Reliance Industries India’s Largest ‘Greenabler', Says Goldman Sachs; Ups Price Target
Goldman Sachs sees Reliance Industries Ltd.’s clean energy business as its third structural growth driver, besides retail and telecom, as the global investment bank reiterates ‘buy’ and raises target price on the billionaire Mukesh Ambani-controlled conglomerate.
“RIL is adopting a unique manufacturing approach to net zero emissions with a hyper-integrated model spanning solar, battery and hydrogen value chain,” Goldman Sachs said in a report dated Dec. 7. “We see RIL as India’s largest ‘greenabler’. Its new energy capex ratio is one of the highest among large energy peers with an aggressive target to reach net zero emissions by 2035.”
India’s largest company by market value plans to build solar photovoltaic panels, batteries, hydrogen fuel cells, and electrolysers over the next three years. The plan comes as companies and investors globally switch to sustainable investments to curb greenhouse emissions. Morgan Stanley, in its October report, had said new energy is expected to pivot RIL into a global alternative technology supplier as it intends to be an “enabler more than a producer” of electrons and green molecules.
Goldman Sachs, too, expects the target market for solar, battery and hydrogen to expand significantly in India as well as across the globe. Still, RIL is likely to focus first on the domestic markets given tariff and non-tariff protection, capex incentives and demand creation through regulatory support, the report said. “Medium term, we expect it to move to exports markets once cost structure benefits from hyper-integration kicks in and it positions itself as net zero supply chain enabler.”
Returns for new energy, it said, is materially higher versus old energy while cost of capital is materially lower, implying significant value creation.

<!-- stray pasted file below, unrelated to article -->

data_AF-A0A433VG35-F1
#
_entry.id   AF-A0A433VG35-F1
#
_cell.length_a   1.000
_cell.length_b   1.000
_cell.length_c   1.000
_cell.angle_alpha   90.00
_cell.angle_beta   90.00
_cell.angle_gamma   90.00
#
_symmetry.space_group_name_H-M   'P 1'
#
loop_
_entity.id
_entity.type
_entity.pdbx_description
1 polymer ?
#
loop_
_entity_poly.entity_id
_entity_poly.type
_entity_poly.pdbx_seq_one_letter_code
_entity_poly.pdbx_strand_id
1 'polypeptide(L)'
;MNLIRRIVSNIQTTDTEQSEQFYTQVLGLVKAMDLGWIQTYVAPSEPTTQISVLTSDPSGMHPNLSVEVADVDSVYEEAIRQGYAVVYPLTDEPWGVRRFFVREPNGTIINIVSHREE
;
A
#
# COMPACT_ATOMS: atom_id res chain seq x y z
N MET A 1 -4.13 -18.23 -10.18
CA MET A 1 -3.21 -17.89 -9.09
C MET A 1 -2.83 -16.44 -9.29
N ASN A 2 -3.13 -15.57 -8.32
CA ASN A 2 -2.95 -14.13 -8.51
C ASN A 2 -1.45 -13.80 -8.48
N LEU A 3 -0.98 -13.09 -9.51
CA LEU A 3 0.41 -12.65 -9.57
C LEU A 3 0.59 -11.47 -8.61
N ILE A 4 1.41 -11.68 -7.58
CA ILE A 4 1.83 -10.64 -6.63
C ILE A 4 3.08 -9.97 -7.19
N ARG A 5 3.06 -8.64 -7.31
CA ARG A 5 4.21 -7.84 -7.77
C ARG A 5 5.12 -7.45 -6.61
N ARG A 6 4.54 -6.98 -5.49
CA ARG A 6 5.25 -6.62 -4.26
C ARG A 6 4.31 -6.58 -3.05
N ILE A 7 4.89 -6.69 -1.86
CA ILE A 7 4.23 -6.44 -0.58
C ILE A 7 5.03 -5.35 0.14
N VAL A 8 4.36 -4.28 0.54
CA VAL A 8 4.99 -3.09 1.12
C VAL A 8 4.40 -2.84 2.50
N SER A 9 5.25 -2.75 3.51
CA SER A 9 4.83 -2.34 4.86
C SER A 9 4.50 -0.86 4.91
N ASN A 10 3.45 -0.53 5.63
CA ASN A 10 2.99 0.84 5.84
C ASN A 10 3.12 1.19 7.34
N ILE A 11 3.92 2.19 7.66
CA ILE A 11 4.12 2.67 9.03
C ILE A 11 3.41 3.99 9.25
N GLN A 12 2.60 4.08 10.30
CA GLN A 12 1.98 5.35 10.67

“We expect solar to drive bulk of the capex related to new energy business in the near term… We expect India’s renewable installed capacity (100 gigawatt currently, of which about 45GW is solar) to double by FY26 and double again by FY31, with solar accounting for nearly 260GW,” the financial services provider said.
RIL’s battery investment, the report said, will materialise over the medium term, taking precedence after solar investments to match the pace of domestic downstream demand. “We expect India’s battery demand to grow from 2 GWh in FY22 to 52 GWh in FY30 from rising EV penetration and battery attach rate for grid power.”
It expects RIL’s hydrogen-related capex to become meaningful closer “to the end of this decade”.
Overall, Goldman Sachs pegs RIL’s Ebitda at $3.6 billion by FY30 and $12.2 billion by FY40. “We ascribe a discounted cash flow based value of $30 billion in our base and $48 billion in bull case scenario to RIL’s new energy segment, making up 39%/62% of its current oil-to-chemical business segment.”
The investment bank raised its 12 months sum-of-the-parts-based target price for RIL by 12% to Rs 3,185 apiece. It also sees three catalysts for RIL’s further share price outperformance:
Sustainable earnings recovery momentum driven by retail (footfall/stores normalisation), telecom (tariff hike likely before CY21) and energy.
New digital product launches such as an Android phone (to sustain subscriber growth momentum) and electronics category in e-commerce.
More details from management on RIL’s new energy business road map.
“These catalysts should drive strong earnings growth of 41% CAGR over FY21E-23E (16% ahead of Bloomberg FY23 consensus), on our analysis, and a favourable risk reward,” Goldman Sachs said.
Goldman Sachs has also highlighted risks to its estimates and target price. A few of them are:
A slower-than-expected commercial ramp-up due to technology would drive downside risk to volume/earnings forecasts, including the export segment.
The biggest challenge for the pick-up in India’s renewable demand lies in the policy framework and transmission infrastructures. Any material delay or lack of follow-through in execution would likely lead to lower market size and drive downside to earnings forecast.
Higher-than-expected leverage/interest cost may lead to lower profitability.
Lower-than-anticipated capacity additions could significantly impact the company’s growth.
Higher-than-expected competitive intensity can drive lower-than-expected ARPU, impacting the profitability of the telecom business.
Higher-than-expected competitive intensity and unfavourable regulations in the retail business could drive lower market share and margins versus our assumptions for offline and online retail business.
Delay in new launches and lower-than-expected pick-up of new products could drive downside risks versus our forecasts.